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Drive for Cash Accelerates

Vulnerable House Members Show Solid Fundraising

Political strategists within both parties didn’t need the most current fundraising reports to know that freshman Rep. Melissa Bean’s (D-Ill.) re-election race stands to be one of the most, if not the most, expensive races in the country next year. But there it was, in black and white.

According to third-quarter fundraising reports filed this week, Bean had $1.1 million in her campaign coffers as of Sept. 30 — the only vulnerable Democrat to surpass the $1 million cash-on-hand mark at this point in the election cycle.

Meanwhile, there is no shortage of funds in the crowded field of Republicans vying to take on Bean, with the top three contenders — all of them millionaire self-funders — showing a combined total of $780,000 in the bank at the end of last month.

The filing of third-quarter Federal Election Commission reports Monday gave both parties’ campaign committees an opportunity to crow about the financial standing of their incumbents and challengers with just a little more than one year to go before the 2006 midterm elections.

Bean is part of the Democratic Congressional Campaign Committee’s Frontline program, which helps steer money to the most vulnerable incumbents. Party strategists are boasting that the 10 incumbents in the program now have an average cash-on-hand figure of $615,000. At this same point in the previous cycle, the average was just $342,000.

There is other evidence that Democratic fundraising is off to a stronger start than in recent cycles.

While Bean is the only Frontline Democrat who has banked more than $1 million, five other vulnerable Democrats showed more than $500,000 in their campaign accounts.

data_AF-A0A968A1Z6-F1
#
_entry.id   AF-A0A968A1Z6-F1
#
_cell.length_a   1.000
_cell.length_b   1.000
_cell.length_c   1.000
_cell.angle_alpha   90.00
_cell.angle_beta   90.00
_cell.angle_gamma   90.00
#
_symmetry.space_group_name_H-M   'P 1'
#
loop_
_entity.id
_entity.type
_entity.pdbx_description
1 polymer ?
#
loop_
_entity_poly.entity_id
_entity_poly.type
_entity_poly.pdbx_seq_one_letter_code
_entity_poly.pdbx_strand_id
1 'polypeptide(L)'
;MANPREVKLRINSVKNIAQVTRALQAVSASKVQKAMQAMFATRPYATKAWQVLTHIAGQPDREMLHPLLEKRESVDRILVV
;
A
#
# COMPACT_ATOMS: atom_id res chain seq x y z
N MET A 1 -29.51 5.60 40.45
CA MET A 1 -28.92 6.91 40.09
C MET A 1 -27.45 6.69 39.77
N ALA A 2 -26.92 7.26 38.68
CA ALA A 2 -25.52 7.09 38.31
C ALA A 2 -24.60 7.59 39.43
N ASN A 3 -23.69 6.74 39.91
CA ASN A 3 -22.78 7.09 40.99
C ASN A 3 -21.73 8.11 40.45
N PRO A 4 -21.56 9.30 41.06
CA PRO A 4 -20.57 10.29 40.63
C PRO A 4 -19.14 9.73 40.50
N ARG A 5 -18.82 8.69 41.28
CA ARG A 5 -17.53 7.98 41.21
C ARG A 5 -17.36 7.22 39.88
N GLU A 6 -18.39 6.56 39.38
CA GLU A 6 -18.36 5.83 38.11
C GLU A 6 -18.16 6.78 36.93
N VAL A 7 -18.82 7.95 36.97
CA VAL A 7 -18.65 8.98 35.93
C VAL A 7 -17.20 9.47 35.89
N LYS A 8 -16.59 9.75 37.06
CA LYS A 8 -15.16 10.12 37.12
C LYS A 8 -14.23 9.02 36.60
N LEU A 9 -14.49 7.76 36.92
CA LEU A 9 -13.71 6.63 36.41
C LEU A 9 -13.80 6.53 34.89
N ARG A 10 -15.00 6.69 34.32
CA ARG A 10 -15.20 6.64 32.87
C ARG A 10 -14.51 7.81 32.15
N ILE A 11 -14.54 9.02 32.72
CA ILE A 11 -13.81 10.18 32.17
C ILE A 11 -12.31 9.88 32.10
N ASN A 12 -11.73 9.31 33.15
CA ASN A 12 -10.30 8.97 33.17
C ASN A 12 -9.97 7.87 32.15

Meanwhile, National Republican Congressional Committee officials note that eight out of their nine Retain Our Majority Program recipients were above the half-million-dollar mark.

The latest filings also reveal that four of the most competitive House races of the cycle could well be among the costliest, and will be fought in four expensive media markets: Illinois 8th in suburban Chicago, Pennsylvania 6th in the Philadelphia suburbs, Florida 22nd in the Palm Beach area, and Texas 22nd, outside Houston [for more on the Texas race involving Rep. Tom DeLay (R), see story on page 21].

In the 8th district race in Illinois, Bean raised just more than $500,000 in the three-month period — far outpacing her fellow at-risk brethren.

All three of the top Republicans in the contest made personal loans to their campaign treasuries this quarter. Investment banker David McSweeney (R) contributed $250,000 of the $309,000 total he raised in the period. McSweeney suspended fundraising activities for a month after Hurricane Katrina, and ended September with $239,000 on hand.

Attorney Kathy Salvi (R) raised $314,000, $185,000 of which she loaned to herself, and closed out the period with $291,000 in the bank. Both McSweeney and Salvi have said that they are willing to spend upwards of $1 million on the primary.

Businesswoman Teresa Bartels (R) is also competing to take on Bean. She raised $166,000, including an $80,000 personal loan, and had $250,000 in the bank.

A fourth Republican, state Rep. Bob Churchill, just entered the race and did not file a campaign finance statement.

Money also is flowing to two races in Georgia, where a GOP-led redistricting effort looks likely to complicate the re-election efforts of Democratic Reps. Jim Marshall and John Barrow.

Marshall, who is not currently part of the Frontline program, was outraised during the period by his likely opponent, former Rep. Mac Collins (R-Ga.), although the Democrat held a 2-1 cash-on-hand advantage at the end of September.

Collins raised $217,000 in the three-month period, compared with the $138,000 raised by Marshall. However, Marshall showed $626,000 in reserve on Sept. 30, while Collins had $303,000.